1 herb marinade lamb shoulder with peas and duchess potatoes

For a total of 42 meals!

The difference in what was produced... I made my own ricotta and mozzarella cheeses, sour cream, and yogurt from locally sourced pasture fed cow's for milk. All the beef, lamb, and pork which we didn't raise were antibiotic and chemical free. 80% of the seasonings and blends used were done by me. Total time to put it all together was 5 hours after raiding my prepper's pantry. Of course, that doesn't include time and labor to procure and process it all.

 I also included desserts (4 total-cheesecake, peanut butter and chocolate chip cookies,  peach and apple turnovers) and breakfast menus (waffles with sausage, pancakes with bacon, crumpets, and french toast) to my freezer which added another 2 hours. Plus, there's always the fall back of granola, or grits and eggs for breakfast too.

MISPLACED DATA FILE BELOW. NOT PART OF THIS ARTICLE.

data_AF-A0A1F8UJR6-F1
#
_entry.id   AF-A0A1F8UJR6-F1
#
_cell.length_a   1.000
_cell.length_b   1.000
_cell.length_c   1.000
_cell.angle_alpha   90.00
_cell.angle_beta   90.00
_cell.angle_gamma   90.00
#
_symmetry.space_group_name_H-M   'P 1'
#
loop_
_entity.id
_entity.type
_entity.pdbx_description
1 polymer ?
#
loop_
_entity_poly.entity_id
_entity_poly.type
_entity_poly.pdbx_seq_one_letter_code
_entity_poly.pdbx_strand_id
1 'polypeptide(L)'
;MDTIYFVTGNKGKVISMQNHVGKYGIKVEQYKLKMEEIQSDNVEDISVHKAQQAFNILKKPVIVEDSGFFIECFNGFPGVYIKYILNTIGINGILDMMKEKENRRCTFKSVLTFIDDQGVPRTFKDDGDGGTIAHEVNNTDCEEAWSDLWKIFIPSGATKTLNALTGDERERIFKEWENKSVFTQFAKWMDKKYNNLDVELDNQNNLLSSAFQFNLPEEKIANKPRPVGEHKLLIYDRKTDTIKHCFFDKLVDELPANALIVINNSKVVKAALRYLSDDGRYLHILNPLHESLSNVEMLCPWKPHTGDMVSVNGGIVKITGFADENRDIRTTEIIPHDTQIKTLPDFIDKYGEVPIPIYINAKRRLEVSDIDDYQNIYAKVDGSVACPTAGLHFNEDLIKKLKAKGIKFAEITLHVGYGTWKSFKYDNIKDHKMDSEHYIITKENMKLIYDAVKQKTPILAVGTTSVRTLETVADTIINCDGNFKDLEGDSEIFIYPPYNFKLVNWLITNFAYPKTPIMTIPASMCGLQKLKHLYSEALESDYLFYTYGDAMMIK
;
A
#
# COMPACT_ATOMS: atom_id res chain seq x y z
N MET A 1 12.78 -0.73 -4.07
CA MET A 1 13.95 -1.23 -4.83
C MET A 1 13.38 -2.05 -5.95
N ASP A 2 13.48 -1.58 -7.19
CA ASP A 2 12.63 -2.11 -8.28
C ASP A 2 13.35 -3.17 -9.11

With possibility of surgeries, injuries, blah days, and who knows what days ahead, it's nice to know that these meals are available when Mel or I need them. You never know what life is going to throw at you or when. Keeping a stocked panty pays dividend.

Nothing is impossible.